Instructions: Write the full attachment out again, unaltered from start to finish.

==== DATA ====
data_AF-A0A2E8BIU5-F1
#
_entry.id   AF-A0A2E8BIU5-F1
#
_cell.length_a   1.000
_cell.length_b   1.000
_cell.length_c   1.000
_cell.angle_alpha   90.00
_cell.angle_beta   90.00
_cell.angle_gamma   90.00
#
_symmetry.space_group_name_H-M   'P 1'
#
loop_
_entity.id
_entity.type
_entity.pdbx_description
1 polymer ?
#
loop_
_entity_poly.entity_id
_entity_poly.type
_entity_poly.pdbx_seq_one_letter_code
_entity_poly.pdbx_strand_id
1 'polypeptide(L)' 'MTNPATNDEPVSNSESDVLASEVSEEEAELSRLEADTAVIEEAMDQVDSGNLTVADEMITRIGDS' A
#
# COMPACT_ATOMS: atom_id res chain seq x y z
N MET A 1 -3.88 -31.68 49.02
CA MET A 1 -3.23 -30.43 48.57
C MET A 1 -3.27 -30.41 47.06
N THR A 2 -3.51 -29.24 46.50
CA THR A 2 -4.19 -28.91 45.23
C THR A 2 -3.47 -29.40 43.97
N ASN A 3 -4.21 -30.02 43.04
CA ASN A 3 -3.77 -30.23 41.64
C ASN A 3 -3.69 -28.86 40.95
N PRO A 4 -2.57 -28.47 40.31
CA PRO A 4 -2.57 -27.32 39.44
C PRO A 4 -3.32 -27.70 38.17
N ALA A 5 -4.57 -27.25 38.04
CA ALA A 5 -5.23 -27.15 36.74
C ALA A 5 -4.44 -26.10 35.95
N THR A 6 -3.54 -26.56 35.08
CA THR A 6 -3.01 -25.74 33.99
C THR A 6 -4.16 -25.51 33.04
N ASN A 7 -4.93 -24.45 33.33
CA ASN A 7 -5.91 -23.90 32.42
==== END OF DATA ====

data_AF-A0A2E8BIU5-F1
#
_entry.id   AF-A0A2E8BIU5-F1
#
_cell.length_a   1.000
_cell.length_b   1.000
_cell.length_c   1.000
_cell.angle_alpha   90.00
_cell.angle_beta   90.00
_cell.angle_gamma   90.00
#
_symmetry.space_group_name_H-M   'P 1'
#
loop_
_entity.id
_entity.type
_entity.pdbx_description
1 polymer ?
#
loop_
_entity_poly.entity_id
_entity_poly.type
_entity_poly.pdbx_seq_one_letter_code
_entity_poly.pdbx_strand_id
1 'polypeptide(L)' 'MTNPATNDEPVSNSESDVLASEVSEEEAELSRLEADTAVIEEAMDQVDSGNLTVADEMITRIGDS' A
#
# COMPACT_ATOMS: atom_id res chain seq x y z
N MET A 1 -3.88 -31.68 49.02
CA MET A 1 -3.23 -30.43 48.57
C MET A 1 -3.27 -30.41 47.06
N THR A 2 -3.51 -29.24 46.50
CA THR A 2 -4.19 -28.91 45.23
C THR A 2 -3.47 -29.40 43.97
N ASN A 3 -4.21 -30.02 43.04
CA ASN A 3 -3.77 -30.23 41.64
C ASN A 3 -3.69 -28.86 40.95
N PRO A 4 -2.57 -28.47 40.31
CA PRO A 4 -2.57 -27.32 39.44
C PRO A 4 -3.32 -27.70 38.17
N ALA A 5 -4.57 -27.25 38.04
CA ALA A 5 -5.23 -27.15 36.74
C ALA A 5 -4.44 -26.10 35.95
N THR A 6 -3.54 -26.56 35.08
CA THR A 6 -3.01 -25.74 33.99
C THR A 6 -4.16 -25.51 33.04
N ASN A 7 -4.93 -24.45 33.33
CA ASN A 7 -5.91 -23.90 32.42